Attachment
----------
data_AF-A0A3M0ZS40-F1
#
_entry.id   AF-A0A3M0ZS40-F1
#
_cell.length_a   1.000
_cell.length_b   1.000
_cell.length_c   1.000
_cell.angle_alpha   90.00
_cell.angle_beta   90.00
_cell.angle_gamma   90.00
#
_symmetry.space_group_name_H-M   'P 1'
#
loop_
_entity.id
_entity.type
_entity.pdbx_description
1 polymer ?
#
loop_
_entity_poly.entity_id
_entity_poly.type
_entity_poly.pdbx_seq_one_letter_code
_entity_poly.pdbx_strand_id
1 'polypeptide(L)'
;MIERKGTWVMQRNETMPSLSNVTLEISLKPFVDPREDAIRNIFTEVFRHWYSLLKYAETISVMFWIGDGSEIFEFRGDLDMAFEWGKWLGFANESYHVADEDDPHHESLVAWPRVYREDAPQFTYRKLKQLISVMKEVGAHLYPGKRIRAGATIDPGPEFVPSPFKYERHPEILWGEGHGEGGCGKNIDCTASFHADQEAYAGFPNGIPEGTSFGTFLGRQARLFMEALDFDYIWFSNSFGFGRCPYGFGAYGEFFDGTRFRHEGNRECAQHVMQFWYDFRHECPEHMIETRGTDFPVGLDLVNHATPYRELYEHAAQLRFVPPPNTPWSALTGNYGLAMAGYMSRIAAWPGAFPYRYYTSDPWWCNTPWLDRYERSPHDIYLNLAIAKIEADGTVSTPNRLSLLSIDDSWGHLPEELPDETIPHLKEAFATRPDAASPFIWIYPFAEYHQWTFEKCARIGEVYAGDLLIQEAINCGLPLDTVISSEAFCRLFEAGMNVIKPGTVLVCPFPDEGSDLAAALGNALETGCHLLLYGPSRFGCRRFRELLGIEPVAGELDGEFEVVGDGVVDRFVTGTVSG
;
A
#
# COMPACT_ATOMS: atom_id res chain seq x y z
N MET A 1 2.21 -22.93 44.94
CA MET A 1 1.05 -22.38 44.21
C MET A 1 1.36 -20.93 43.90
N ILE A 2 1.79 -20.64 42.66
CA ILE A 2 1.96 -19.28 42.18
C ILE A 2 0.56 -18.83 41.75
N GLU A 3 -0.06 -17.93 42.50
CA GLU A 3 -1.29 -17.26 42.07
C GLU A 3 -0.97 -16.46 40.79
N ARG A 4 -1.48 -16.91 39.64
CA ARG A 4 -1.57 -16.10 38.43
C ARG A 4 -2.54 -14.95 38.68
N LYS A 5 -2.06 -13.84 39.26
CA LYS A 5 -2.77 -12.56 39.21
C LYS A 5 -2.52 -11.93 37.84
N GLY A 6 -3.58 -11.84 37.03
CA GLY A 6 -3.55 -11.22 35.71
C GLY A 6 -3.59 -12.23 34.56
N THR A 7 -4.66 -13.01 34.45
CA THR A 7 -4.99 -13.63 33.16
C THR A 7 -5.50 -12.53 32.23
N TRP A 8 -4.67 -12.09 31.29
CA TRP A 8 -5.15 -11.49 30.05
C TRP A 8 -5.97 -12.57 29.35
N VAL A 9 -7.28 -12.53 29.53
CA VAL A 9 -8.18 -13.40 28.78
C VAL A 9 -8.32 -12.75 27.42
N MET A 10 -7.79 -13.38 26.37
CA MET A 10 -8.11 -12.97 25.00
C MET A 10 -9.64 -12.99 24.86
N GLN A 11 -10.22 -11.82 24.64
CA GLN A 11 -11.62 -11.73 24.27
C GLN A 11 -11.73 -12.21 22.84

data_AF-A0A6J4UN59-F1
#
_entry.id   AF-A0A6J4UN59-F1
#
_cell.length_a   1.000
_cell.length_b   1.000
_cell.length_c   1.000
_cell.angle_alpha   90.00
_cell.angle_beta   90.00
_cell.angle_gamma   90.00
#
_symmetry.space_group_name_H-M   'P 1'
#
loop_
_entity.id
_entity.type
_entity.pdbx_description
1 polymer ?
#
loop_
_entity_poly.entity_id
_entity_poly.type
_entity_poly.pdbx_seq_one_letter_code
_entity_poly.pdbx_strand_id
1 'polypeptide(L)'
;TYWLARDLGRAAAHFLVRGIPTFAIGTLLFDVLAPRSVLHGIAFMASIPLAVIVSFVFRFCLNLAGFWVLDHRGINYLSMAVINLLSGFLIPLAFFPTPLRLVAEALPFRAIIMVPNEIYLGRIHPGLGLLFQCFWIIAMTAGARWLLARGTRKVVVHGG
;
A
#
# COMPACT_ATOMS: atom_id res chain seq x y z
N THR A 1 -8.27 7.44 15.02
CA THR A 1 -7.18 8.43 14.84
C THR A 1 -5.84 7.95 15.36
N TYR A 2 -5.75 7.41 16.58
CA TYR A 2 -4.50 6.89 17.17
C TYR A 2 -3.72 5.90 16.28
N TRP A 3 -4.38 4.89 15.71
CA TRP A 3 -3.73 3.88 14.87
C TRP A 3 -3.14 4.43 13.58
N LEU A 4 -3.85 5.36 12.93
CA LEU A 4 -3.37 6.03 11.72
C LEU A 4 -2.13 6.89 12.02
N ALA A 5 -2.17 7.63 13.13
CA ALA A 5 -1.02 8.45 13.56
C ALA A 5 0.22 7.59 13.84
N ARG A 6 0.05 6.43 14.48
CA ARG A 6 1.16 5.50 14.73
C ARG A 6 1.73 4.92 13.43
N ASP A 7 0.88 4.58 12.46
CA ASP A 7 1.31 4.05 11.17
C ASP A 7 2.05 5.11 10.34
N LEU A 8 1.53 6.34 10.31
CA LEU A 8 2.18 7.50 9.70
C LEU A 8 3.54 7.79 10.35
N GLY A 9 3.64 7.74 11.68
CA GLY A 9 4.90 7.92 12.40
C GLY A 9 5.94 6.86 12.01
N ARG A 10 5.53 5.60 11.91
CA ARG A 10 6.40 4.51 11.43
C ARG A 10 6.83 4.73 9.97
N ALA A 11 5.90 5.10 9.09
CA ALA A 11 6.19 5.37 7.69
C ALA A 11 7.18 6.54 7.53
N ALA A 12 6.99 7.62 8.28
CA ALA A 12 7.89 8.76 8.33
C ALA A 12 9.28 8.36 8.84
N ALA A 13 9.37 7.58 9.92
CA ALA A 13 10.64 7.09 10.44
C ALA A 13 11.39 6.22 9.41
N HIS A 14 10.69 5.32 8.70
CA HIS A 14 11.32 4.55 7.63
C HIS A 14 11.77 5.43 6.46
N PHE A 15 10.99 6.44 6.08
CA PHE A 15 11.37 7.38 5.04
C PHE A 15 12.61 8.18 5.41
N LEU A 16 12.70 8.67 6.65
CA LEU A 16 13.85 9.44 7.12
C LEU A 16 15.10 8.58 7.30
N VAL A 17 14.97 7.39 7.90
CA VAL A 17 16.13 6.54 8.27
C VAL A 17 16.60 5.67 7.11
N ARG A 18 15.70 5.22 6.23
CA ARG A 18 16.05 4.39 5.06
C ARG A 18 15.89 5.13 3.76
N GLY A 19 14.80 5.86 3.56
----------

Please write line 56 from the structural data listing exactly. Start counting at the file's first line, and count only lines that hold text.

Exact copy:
CA VAL A 9 -8.18 -13.40 28.78